Course: HIS280
Instructor: Rosina Lozano & Matthew Karp
S 2019

Description of Course Goals and Curriculum

This course is for prospective history majors and really serves to prepare them for independent work, such junior papers and the senior thesis. Over the course of the semester, you explore three different historical events. Students, by the end of the class, will have learned how to interpret and analyze documents and generate questions about change over time.

Learning From Classroom Instruction

This course had two lectures each week and one precept. You will also have three short, five page papers. Each lecture is unique and presented by a different professor in the History department. The professor will be presenting on the particular material you will be reading that week. These lectures are important because they contextualize your own historical interpretations within larger scholarly discussions. In precepts, you spend much of the time discussing the assigned primary documents for that week. This assigned readings are mainly primary documents.

Learning For and From Assignments

As mentioned before, the major of this course are three, short essays. One is due before midterms, another is due after midterms, and the last essay is due on Dean’s Date. The essays evaluate how you analyze change over time by interpreting primary documents you have read and discussed in precept over time. These essays also evaluate how well you incorporate your arguments within the larger body of historical scholarship. The expectations are for students to incorporate both primary documents and arguments presented by professors who lectured throughout the semester in the papers.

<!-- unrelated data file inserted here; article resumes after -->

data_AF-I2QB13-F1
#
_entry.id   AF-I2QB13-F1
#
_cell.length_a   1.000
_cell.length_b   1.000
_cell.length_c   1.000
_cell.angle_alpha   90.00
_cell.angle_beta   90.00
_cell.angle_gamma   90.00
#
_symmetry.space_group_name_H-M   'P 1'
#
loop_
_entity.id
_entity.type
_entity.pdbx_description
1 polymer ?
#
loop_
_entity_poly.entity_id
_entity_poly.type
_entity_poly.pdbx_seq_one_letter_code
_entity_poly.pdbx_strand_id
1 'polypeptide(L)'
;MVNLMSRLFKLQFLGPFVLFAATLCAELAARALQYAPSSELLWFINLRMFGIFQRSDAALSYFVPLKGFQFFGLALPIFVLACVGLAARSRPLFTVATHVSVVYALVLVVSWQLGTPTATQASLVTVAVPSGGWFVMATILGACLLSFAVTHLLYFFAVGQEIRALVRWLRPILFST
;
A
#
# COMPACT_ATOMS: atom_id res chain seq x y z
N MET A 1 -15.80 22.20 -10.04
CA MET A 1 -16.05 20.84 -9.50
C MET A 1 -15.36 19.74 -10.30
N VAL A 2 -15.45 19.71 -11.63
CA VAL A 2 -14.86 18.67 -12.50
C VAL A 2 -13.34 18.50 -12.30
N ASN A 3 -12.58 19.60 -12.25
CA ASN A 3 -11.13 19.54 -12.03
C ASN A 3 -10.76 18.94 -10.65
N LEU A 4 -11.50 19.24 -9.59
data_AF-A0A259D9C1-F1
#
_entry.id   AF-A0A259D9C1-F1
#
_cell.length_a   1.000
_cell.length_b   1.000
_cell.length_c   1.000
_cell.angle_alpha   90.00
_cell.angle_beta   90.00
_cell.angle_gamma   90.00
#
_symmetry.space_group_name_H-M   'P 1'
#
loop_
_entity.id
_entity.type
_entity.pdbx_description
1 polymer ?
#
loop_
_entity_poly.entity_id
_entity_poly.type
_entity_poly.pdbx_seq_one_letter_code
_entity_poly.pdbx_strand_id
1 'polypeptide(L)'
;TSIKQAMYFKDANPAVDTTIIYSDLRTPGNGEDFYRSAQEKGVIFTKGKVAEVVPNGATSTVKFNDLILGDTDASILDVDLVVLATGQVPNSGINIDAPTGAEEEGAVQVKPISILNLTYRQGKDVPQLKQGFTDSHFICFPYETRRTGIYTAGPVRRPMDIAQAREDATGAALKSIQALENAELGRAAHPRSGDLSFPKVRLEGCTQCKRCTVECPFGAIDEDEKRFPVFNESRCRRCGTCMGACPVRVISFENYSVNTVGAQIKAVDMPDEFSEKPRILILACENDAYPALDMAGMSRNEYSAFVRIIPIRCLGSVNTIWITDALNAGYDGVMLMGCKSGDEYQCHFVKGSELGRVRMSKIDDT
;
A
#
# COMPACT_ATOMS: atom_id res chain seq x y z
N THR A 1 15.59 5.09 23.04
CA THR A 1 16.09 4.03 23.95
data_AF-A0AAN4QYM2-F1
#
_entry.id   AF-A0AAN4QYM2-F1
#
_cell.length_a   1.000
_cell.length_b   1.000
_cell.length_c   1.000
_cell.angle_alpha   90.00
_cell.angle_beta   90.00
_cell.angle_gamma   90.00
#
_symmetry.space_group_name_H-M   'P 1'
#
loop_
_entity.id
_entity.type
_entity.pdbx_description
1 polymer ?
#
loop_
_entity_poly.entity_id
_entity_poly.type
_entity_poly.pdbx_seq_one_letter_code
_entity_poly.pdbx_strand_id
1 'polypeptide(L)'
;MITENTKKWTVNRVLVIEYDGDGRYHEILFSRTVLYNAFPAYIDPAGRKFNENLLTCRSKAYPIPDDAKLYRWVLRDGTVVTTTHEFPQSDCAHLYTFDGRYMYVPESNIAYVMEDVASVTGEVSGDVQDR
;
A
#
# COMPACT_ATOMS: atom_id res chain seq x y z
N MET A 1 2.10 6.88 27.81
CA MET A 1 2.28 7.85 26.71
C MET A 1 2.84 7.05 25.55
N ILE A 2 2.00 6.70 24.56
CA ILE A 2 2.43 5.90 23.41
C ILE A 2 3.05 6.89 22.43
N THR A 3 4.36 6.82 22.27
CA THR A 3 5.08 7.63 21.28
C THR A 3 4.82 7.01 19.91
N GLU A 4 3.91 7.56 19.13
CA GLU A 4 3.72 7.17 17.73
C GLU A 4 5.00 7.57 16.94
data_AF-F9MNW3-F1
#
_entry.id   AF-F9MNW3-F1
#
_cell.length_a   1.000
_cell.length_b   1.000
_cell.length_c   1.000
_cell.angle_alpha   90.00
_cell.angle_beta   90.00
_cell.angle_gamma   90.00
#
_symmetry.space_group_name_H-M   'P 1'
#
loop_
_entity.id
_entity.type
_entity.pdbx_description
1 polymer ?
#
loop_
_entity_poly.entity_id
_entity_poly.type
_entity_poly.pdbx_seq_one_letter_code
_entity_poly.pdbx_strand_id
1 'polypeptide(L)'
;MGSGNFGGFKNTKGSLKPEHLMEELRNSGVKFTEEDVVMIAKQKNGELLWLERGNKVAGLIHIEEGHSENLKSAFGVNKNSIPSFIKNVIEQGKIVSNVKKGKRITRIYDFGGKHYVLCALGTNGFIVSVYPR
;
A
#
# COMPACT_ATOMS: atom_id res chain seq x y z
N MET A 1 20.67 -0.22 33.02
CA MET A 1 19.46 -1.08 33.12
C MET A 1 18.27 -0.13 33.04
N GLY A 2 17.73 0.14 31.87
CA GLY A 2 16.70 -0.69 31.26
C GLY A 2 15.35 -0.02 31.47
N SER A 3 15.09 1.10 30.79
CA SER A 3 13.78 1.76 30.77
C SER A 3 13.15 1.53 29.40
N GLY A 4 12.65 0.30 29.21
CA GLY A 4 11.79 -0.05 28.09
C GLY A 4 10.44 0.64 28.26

External Resources

Make use of the learning consultant early on in the semester and plan with them how you will get your readings done throughout your week considering all your other commitments. Also, use office hours! The professors are great with helping you develop and organize your ideas for your essays.

What Students Should Know About This Course For Purposes Of Course Selection

This course is amazing! If you are considering majoring in History, the course counts towards your pre- requisite and American history departmental. This course is a chance to get to know many professors in the history department and to develop skills, such as tracking change over time and interpreting primary documents, which are essential for historians.
Approaches to American History

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